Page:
A CIVIL society organisation with speciality on good governance financing and budgeting system, Budgit, has revealed that N1.1 billion targeted at 50, 000 rural women as part of COVID-19 intervention was spotted in 17 personal bank accounts.
Head of Research and Budget at BudgiT Abel Ayeni gave this information while presenting a report on ‘Transparency and Accountability in the time of COVID-19.’
In the report which gave Nigeria minimal rating in a survey of 120 countries, Ayeni said the Federal Government took several initiatives to foster transparency in its operations through the open contracting portal.
He, however, observed that there were still concerns about data systems and disaggregation of various budget line items to aid tracking and enhance the transparency of the budgeting system.
“When you look at the data from the open treasury portal, and the data for December, you will find out that there was N1.1 billion meant to go to over 50 000 rural women across multiple sectors of the society as part of conditional cash transfer. However, records show that the money went into personal accounts of 17 people,”Ayeni said at the presentation.
“There is a need for more clarity when government detects things like this and asks the right questions on why the money didn’t target the direct accounts of those it was meant for, and why it must pass through personal accounts.”
He noted that proper disclosure of data would help in easier tracking of beneficiaries and who got what and at what time.
According to Ayeni, “Government made several commitments and policy announcements. For instance, there was an N500billion intervention fund, some of which was devoted to helping SMEs, building resilient health systems and constructing and rehabilitating roads.”
However, Ayeni observed that the public knew little about how these projects had been implemented, citing concerns of data and disaggregation of budgeting through corresponding line items.
He said an assessment of budget data availability, spending and budgeting was vital in evaluating budget credibility.
“If you make commitment and policy announcements on paper, there must not be limited implementation so that people don’t see a disconnect in government’s budget and impact.”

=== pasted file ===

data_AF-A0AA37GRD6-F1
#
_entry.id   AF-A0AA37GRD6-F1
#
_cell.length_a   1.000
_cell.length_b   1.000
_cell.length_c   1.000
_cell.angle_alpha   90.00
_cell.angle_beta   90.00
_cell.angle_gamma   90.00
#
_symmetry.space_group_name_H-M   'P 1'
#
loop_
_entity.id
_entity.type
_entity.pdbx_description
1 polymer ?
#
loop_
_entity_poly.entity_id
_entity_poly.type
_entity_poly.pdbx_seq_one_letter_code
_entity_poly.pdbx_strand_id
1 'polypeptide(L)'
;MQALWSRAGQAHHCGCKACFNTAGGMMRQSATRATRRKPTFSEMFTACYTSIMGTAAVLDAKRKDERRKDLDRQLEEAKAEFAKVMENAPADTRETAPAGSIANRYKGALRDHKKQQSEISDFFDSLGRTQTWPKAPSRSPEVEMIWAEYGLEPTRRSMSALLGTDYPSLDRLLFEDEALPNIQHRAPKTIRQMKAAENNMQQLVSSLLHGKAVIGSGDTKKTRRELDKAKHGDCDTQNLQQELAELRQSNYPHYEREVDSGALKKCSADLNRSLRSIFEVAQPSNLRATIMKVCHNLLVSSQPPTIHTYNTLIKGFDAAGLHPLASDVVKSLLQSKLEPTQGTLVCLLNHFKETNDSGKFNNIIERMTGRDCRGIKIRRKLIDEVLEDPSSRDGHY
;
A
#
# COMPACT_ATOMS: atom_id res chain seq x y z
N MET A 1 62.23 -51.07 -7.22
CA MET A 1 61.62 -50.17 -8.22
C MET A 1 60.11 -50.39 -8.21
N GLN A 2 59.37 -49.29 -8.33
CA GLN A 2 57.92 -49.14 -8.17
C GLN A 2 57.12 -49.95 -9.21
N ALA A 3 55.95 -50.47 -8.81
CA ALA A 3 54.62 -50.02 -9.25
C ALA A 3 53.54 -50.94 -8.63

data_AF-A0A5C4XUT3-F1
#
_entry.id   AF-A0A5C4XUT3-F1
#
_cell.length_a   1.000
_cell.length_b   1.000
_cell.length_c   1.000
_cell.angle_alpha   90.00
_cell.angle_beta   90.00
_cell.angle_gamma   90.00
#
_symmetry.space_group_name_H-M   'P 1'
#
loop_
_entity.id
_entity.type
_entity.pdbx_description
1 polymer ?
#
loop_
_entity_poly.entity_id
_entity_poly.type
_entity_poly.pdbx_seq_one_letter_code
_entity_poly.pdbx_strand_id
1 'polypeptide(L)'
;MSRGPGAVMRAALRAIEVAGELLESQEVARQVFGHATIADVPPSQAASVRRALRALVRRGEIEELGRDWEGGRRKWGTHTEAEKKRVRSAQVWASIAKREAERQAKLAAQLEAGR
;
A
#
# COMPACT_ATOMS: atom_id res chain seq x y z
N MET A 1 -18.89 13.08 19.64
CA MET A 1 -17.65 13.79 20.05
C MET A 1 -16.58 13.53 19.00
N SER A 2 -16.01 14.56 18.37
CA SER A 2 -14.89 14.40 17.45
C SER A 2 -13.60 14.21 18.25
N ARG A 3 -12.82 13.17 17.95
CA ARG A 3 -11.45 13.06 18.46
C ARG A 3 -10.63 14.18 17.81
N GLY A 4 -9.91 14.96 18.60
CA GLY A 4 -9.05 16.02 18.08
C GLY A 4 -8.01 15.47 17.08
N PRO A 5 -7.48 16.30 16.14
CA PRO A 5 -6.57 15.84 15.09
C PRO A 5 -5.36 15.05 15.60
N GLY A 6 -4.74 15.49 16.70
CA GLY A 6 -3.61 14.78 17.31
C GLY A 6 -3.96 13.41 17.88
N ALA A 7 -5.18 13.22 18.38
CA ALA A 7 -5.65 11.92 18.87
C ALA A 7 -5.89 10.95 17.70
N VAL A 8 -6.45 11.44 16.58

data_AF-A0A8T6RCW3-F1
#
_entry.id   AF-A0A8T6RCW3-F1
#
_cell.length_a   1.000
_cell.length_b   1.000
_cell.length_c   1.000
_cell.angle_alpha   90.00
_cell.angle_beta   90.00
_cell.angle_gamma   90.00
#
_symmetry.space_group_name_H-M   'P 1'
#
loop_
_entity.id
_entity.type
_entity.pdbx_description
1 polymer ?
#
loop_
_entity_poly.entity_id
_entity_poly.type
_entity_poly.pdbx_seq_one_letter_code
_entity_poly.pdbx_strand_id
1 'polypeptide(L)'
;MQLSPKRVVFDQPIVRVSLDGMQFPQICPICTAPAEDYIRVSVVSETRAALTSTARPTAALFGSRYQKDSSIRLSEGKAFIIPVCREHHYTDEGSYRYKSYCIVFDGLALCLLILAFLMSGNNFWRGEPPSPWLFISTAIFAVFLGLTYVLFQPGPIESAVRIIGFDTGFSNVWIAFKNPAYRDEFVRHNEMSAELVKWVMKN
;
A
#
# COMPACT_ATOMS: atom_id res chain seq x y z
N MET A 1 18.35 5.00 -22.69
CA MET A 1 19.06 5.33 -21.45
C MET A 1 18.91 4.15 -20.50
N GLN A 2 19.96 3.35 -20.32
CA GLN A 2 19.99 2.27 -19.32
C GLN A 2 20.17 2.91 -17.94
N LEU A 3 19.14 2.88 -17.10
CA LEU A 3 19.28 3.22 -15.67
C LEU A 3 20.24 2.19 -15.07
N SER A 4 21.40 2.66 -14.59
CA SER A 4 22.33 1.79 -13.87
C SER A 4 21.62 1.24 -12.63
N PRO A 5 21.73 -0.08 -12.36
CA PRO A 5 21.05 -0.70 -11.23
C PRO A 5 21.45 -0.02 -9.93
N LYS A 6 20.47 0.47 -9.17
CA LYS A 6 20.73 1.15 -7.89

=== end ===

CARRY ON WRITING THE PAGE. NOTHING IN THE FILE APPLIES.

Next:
In his response to BudgiT’s presentation, Director-General of the Budget Office of the Federation Ben Akabueze rejected the minimal rating of Nigeria and called on civil liberty organisations to always revalidate their findings with the government before going public.
This, he said, would clear off certain possible areas of concerns on in-house working details of government, which some civil liberty organisations might not be privy to.
He noted that there was staff audit at every government agency and a pre-audit prior to the one done by the auditor-general of the federation.
Akabueze said, “With respect to the COVID-19 funding, we actually signed an undertaking that was given to the World Bank in writing, which was part of the process of negotiating the budget support facility from the global bank.
“I’m not sure how the ranking of minimal could has been justified, even the Monitoring and Evaluation Report has been more timely.”
He explained further that the minister of state for national planning directly superintended the N500bn COVID- 19 intervention fund.
“You could see him going around the country inspecting all the expenditures where these monies are spent. He also engaged consultants in that process too,” Akabueze said.
“If you had engaged us, you would have had this information at your disposal to enable more comprehensive work from you. You always call me when you are making finds, but you don’t reciprocate that in re-validating your findings.”
Looters have been targeting state warehouses across Nigeria stocked with COVID-19 relief supplies, which they say should already have gone to the poor and hungry. Some analysts have linked this to the in-transparent manner in which the government has managed the distribution of relief items.
For instance, there was a raid in Gwagwalada, the outskirts of Nigeria’s capital city, Abuja.
Looters carted away bags of rice, noodles and sugar, among other items. Not just Abuja, some capital cities such as Jos- the Plateau State- witnessed activities of looters of palliatives, which analysts say could have been averted if governmental authorities had used proper data and structured mechanisms in reaching out to its people.
“Government cannot tell me it doesn’t know how best to reach people when sharing palliatives and relief items. But it would also prefer to use political proxies, which is a tool they use virtually in any intervention they do,” Associate Consultant to the British Department for International Development (DFID) Celestine Okeke told THE ICIR.
Harrison Edeh is a journalist with the International Centre for Investigative Reporting, always determined to drive advocacy for good governance through holding public officials and businesses accountable.